Millennials are facing a mounting challenge when it comes to buying a home in Canada’s largest metro areas. The non-profit group Generation Squeeze suggests that it may take over 25 years to save enough money to buy a home in the current economic climate, according to recent market and economic analysis. Additionally, the report estimates that the average Millennial must save 8 years longer compared to their Baby Boomer Generation parents did back around the mid-1970s.
The grim reality for Millennials living in some parts of Canada is that it may take nearly three decades to afford a home all while living a thrifty lifestyle. Saving for a first home in the Toronto area requires 21 years of penny-pinching, while prospective home buyers in Ottawa or Quebec will need to save their hard earned dollars for 10 to 11 years to reach a point of home affordability.
The report goes on to say that the average home prices across Canada would need to drop by approximately $230K, or nearly 50% of the current value, to become affordable enough to sustain an 80% mortgage.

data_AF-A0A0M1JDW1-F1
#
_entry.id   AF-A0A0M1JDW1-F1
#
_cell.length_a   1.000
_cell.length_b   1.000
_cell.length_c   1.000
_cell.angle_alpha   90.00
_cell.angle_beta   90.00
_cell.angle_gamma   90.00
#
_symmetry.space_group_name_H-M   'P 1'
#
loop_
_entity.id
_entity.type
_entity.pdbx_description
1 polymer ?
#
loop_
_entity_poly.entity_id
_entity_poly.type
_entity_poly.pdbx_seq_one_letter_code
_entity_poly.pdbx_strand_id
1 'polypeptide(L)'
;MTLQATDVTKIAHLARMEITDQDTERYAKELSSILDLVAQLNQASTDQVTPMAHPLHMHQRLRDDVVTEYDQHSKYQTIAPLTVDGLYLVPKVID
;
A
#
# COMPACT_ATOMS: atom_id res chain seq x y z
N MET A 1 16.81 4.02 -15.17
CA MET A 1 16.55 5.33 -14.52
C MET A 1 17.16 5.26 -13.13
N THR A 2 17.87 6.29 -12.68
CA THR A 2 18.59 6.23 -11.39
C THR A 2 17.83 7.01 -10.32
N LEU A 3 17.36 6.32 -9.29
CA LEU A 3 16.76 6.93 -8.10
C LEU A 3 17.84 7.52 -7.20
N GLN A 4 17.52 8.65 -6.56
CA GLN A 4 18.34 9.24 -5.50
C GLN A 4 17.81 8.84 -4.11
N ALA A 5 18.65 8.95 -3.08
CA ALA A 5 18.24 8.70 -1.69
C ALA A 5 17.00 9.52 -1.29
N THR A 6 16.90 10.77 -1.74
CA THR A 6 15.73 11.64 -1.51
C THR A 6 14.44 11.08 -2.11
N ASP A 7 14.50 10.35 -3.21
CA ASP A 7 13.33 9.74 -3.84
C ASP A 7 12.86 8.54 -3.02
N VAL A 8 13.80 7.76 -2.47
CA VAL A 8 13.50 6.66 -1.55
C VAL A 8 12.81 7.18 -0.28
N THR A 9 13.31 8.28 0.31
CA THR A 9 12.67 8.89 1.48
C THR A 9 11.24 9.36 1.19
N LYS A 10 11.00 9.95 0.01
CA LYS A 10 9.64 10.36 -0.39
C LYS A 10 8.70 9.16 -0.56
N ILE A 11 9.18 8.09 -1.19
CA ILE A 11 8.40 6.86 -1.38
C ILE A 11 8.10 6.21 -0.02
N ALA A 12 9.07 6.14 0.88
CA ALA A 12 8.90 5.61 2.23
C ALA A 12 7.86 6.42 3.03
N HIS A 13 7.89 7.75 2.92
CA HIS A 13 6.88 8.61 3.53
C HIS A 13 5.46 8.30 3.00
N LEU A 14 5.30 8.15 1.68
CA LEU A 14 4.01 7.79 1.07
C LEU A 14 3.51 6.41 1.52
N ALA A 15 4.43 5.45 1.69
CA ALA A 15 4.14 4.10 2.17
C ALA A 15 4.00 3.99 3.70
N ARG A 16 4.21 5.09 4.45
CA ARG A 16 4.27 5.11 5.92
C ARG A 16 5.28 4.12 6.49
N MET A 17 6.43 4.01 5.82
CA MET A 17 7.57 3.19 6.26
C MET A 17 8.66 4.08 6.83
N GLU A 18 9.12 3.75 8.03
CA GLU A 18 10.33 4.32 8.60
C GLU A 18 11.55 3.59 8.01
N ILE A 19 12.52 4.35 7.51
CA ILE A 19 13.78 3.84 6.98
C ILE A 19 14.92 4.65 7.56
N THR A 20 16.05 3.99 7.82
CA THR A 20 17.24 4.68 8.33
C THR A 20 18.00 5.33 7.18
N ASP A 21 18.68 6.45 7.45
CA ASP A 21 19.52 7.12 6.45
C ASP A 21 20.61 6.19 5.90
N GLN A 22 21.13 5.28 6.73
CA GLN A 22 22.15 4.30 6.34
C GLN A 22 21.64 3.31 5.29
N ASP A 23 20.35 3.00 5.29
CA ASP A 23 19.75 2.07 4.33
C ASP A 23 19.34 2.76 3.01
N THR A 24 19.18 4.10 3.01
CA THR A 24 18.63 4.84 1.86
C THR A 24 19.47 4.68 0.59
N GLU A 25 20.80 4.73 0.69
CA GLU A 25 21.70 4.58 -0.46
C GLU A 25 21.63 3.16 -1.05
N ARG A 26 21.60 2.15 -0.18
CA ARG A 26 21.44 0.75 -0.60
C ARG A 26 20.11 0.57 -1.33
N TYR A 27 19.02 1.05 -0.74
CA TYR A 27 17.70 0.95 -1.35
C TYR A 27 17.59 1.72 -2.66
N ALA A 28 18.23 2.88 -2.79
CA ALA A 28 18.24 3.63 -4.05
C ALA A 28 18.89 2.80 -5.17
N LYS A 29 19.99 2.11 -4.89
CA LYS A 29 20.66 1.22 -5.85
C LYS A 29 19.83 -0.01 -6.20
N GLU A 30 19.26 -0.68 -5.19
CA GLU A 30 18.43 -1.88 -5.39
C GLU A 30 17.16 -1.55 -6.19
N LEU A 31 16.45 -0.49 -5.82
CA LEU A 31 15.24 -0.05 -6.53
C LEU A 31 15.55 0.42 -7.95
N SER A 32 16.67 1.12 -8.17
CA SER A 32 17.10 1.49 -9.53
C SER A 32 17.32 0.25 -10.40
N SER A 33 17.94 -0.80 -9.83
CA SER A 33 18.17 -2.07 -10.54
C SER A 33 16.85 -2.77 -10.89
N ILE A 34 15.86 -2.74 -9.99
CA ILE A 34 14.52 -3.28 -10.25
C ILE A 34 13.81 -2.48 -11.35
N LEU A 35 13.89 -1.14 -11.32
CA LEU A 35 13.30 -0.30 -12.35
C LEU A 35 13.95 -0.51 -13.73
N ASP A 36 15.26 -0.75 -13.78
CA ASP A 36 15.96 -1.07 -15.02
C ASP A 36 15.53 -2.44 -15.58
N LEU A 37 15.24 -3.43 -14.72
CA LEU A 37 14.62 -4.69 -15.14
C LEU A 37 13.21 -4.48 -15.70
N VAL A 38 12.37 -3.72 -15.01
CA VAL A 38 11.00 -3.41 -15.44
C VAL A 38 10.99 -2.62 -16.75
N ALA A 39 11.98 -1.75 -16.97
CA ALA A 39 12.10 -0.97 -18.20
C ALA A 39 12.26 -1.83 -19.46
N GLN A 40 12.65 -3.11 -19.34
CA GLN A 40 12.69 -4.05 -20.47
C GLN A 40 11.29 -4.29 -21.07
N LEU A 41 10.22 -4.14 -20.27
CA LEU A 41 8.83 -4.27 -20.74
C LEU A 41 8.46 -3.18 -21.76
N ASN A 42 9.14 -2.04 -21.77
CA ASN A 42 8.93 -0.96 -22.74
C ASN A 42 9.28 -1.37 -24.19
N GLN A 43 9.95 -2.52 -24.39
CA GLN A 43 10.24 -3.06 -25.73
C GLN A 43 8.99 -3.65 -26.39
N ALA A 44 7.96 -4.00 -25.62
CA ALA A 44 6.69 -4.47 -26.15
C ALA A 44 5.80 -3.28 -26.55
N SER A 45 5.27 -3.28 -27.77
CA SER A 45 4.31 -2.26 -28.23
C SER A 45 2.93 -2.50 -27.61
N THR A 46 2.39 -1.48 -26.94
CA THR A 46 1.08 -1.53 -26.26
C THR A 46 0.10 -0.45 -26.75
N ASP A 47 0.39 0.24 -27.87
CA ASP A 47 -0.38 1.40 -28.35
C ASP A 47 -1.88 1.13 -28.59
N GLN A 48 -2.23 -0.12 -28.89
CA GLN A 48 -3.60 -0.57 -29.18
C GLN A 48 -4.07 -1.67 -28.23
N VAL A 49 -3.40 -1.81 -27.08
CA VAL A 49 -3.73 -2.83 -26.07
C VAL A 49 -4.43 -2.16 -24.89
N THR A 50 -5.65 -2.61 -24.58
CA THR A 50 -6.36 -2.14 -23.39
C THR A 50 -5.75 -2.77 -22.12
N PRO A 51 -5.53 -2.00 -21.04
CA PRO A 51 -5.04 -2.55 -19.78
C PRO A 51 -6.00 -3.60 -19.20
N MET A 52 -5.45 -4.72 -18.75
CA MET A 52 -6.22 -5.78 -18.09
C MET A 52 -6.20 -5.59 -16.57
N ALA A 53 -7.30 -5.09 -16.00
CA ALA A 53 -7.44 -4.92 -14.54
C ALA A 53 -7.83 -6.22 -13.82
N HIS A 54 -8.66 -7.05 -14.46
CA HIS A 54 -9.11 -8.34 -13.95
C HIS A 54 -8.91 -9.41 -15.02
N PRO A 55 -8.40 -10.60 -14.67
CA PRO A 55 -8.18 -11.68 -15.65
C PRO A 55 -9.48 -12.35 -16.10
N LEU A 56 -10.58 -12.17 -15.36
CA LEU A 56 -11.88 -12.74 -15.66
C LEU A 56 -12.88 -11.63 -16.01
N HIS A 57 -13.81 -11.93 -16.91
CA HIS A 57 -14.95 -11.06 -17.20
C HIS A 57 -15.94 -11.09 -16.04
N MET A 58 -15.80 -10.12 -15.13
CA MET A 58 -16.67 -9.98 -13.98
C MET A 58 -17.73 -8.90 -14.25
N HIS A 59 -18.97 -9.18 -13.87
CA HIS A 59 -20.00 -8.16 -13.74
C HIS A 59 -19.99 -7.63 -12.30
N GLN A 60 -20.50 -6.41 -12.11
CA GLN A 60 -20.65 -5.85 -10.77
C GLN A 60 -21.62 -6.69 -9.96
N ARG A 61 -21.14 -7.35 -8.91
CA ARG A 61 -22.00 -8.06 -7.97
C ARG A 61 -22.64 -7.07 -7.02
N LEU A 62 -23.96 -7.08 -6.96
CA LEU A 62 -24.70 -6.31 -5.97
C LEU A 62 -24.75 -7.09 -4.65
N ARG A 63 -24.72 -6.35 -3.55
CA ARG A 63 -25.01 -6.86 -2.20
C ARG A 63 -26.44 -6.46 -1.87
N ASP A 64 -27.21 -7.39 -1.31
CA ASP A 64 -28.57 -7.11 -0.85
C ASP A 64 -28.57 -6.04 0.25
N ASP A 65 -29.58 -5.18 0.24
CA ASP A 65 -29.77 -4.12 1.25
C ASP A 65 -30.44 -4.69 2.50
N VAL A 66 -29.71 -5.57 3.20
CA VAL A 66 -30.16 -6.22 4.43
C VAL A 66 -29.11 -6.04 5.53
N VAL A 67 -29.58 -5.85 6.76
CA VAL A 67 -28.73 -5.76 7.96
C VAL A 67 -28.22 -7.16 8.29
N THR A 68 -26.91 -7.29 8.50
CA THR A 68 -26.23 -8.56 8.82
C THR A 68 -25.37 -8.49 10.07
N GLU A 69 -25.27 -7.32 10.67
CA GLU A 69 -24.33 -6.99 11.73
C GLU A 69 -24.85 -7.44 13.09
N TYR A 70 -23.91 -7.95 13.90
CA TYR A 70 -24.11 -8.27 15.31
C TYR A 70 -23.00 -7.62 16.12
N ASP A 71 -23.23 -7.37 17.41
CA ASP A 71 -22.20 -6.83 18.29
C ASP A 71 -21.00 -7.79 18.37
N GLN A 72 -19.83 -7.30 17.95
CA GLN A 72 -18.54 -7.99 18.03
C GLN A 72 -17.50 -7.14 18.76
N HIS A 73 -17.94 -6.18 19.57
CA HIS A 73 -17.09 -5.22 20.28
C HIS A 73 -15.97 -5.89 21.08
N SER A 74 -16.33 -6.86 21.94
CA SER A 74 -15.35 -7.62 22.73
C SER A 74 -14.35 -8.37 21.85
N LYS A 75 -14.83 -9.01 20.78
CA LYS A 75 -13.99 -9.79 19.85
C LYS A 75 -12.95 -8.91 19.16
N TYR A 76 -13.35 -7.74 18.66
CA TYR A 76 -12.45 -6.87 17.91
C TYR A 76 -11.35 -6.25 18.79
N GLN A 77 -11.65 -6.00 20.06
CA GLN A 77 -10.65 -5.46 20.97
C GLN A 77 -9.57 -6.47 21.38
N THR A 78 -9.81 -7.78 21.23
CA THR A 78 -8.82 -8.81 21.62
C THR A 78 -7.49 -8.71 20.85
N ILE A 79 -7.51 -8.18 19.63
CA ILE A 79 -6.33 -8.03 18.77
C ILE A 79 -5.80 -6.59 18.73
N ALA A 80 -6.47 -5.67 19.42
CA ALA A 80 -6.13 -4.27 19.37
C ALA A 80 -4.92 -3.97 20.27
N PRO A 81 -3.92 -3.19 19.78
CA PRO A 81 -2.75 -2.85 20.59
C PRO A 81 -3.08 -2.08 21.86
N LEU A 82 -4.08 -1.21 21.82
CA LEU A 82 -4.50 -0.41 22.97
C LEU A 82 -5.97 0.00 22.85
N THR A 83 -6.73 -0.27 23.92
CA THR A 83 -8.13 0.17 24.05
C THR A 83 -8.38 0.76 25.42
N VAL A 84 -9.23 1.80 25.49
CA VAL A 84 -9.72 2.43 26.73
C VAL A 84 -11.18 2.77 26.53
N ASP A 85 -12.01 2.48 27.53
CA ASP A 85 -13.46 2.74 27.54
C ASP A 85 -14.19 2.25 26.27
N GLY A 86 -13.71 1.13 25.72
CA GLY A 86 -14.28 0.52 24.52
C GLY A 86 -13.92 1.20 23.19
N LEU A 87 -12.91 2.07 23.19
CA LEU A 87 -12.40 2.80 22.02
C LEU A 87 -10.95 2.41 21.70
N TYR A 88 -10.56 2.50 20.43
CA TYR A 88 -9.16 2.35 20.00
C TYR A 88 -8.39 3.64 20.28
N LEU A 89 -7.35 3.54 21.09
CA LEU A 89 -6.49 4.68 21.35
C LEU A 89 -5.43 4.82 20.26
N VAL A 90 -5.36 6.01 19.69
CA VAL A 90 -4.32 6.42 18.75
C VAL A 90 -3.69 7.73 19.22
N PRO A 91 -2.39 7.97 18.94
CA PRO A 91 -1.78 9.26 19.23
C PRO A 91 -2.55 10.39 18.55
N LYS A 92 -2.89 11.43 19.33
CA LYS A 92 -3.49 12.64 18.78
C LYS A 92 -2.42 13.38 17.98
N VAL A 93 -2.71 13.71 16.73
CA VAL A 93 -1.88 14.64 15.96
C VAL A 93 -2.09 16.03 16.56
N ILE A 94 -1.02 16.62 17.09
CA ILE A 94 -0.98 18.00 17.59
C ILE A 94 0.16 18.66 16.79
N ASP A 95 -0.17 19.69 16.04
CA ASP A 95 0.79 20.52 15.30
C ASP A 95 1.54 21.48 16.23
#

The other solution would be for the standard full-time salary to balloon to $93K per year, which is twice the average salary throughout Canada. Both of these economic situations seem rather unlikely to happen and the Canada Mortgage and Housing Corporation says a main contributing factor in pricing out Millennials is due to investor demand and income growth. But it’s also simply that Canada doesn’t have a large enough supply of homes.
So, what can Millennials do? The report recommends they strive to save as much of their income as possible, as well as begin the saving process as early as possible. They may decrease the time it takes to save for a 20% down payment by living at home longer, or finding additional income. As it stands right now; housing affordability is a looming problem that the Millennials in Canada are waking up to every single day.